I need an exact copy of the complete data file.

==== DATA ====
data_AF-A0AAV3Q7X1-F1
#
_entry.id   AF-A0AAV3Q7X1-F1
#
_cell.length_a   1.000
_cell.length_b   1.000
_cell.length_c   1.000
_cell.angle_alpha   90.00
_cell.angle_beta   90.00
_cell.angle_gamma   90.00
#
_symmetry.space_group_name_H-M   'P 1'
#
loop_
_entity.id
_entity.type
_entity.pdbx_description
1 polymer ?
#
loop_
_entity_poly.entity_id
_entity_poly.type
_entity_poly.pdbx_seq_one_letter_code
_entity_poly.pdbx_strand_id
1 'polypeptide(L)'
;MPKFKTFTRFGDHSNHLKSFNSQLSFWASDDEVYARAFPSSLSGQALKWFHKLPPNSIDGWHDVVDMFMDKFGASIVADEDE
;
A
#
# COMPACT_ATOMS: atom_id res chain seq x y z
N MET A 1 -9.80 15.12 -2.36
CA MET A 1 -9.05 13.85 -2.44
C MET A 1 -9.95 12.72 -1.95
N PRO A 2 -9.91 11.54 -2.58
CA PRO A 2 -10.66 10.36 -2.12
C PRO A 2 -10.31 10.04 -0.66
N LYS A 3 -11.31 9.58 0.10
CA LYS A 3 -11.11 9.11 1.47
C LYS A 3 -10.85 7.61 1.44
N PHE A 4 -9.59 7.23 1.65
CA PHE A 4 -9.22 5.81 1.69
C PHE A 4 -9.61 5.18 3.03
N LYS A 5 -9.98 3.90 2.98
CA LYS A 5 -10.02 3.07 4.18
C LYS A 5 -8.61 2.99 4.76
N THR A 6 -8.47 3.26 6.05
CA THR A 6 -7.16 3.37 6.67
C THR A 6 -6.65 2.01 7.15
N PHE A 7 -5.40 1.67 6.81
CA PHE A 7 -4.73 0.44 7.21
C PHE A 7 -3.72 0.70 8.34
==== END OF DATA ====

data_AF-A0AAV3Q7X1-F1
#
_entry.id   AF-A0AAV3Q7X1-F1
#
_cell.length_a   1.000
_cell.length_b   1.000
_cell.length_c   1.000
_cell.angle_alpha   90.00
_cell.angle_beta   90.00
_cell.angle_gamma   90.00
#
_symmetry.space_group_name_H-M   'P 1'
#
loop_
_entity.id
_entity.type
_entity.pdbx_description
1 polymer ?
#
loop_
_entity_poly.entity_id
_entity_poly.type
_entity_poly.pdbx_seq_one_letter_code
_entity_poly.pdbx_strand_id
1 'polypeptide(L)'
;MPKFKTFTRFGDHSNHLKSFNSQLSFWASDDEVYARAFPSSLSGQALKWFHKLPPNSIDGWHDVVDMFMDKFGASIVADEDE
;
A
#
# COMPACT_ATOMS: atom_id res chain seq x y z
N MET A 1 -9.80 15.12 -2.36
CA MET A 1 -9.05 13.85 -2.44
C MET A 1 -9.95 12.72 -1.95
N PRO A 2 -9.91 11.54 -2.58
CA PRO A 2 -10.66 10.36 -2.12
C PRO A 2 -10.31 10.04 -0.66
N LYS A 3 -11.31 9.58 0.10
CA LYS A 3 -11.11 9.11 1.47
C LYS A 3 -10.85 7.61 1.44
N PHE A 4 -9.59 7.23 1.65
CA PHE A 4 -9.22 5.81 1.69
C PHE A 4 -9.61 5.18 3.03
N LYS A 5 -9.98 3.90 2.98
CA LYS A 5 -10.02 3.07 4.18
C LYS A 5 -8.61 2.99 4.76
N THR A 6 -8.47 3.26 6.05
CA THR A 6 -7.16 3.37 6.67
C THR A 6 -6.65 2.01 7.15
N PHE A 7 -5.40 1.67 6.81
CA PHE A 7 -4.73 0.44 7.21
C PHE A 7 -3.72 0.70 8.34